Stamp Design

In 1840, the first adhesive postage stamp in the world, the Penny Black, was issued in Great Britain. It was a black 1d (one old pence) stamp featuring the head of Queen Victoria.


This type of design continued for the next 120 years, with the head of the reigning King or Queen being the main image on the stamp. Today, the Post Office still issues stamps of this style, which are known as ‘definitives’.

You can see the definitive stamp of King Charles III in our new temporary exhibition The King’s Stamp until 3 September 2023.

The Penny Black, a sepia stamp with a side facing portrait of Queen Victoria in middle, and a blue '9d' stamp showing a print Edward VII's face side-on.
On the left is a red 1 and a half pence stamp with a drawing of the bearded king in the4 middle. The pattern around his head is very ornate. In contrast the stamp on the right has no pattern at all. It is Green with the King's head in the middle.
George V and Edward VIII definitives.
King George looks young in his image on the stamp. The stamp is a dark purple with a drawing of a crown at the top and various flowers in the corners. Elizabeth's 1st class stamp has no pattern, it is simply gold, her bust is cream.
George VI and Elizabeth II definitives.


A different style of design was used very occasionally to mark a special event. These issues are known as ‘commemorative stamps’. In 1964, The Post Office took the decision to issue more commemorative stamps each year. The stamps were intended to:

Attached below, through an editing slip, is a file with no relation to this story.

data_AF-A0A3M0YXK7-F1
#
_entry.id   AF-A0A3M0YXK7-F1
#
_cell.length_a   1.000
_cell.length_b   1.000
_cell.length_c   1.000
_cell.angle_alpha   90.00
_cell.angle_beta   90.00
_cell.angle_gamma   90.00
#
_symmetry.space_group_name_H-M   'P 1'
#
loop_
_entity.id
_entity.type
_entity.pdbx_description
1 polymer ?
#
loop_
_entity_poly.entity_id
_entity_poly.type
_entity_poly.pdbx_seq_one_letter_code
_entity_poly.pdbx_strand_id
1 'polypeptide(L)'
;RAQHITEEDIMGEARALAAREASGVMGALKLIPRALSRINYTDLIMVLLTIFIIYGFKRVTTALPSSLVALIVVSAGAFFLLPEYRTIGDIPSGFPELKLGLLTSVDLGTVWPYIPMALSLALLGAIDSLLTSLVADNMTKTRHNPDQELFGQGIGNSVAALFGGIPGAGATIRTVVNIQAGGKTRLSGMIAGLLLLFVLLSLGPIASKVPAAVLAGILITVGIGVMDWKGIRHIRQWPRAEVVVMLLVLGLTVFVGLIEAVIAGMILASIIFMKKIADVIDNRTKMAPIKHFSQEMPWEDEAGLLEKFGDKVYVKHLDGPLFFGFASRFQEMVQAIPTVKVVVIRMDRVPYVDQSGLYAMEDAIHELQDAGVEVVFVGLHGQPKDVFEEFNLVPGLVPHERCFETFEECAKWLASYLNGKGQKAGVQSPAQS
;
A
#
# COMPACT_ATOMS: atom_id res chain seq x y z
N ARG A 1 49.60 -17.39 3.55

• Celebrate events of national and international importance.
  • Commemorate important anniversaries.
  • Reflect the British contribution to world affairs including the arts and sciences.
  • Extend public patronage to the arts by encouraging the development of minuscule art.

Usually Royal Mail issue approximately 13 sets of stamps on different themes each year.

We can see two stamps side by side. One is an old stamp, with a lined drawing of the middle aged bearded king, looking side on, next to a roaring lion. On the other stamp is a print of R2D2, a cylinder shaped blue and white robot.

British Empire Exhibition, 1924, and Star Wars, 2017.

How topics for stamps are chosen

Royal Mail researchers study anniversaries or events that will occur in five years’ time. They then work with the Royal Mail Design Department to come up with ten suitable subjects that have to be of national importance with a uniquely British aspect. You can also send in your requests for stamp issues to Royal Mail.

Designing the Stamp

Once the topic for an issue has been decided, about four designers are chosen to work on producing designs for the selected topic. The designers could be people who have much experience of stamp design or none at all. Whatever the medium of the original artwork, the design eventually has to be reduced to the size of a stamp and so designers have to be careful that their work will reduce effectively to a small size.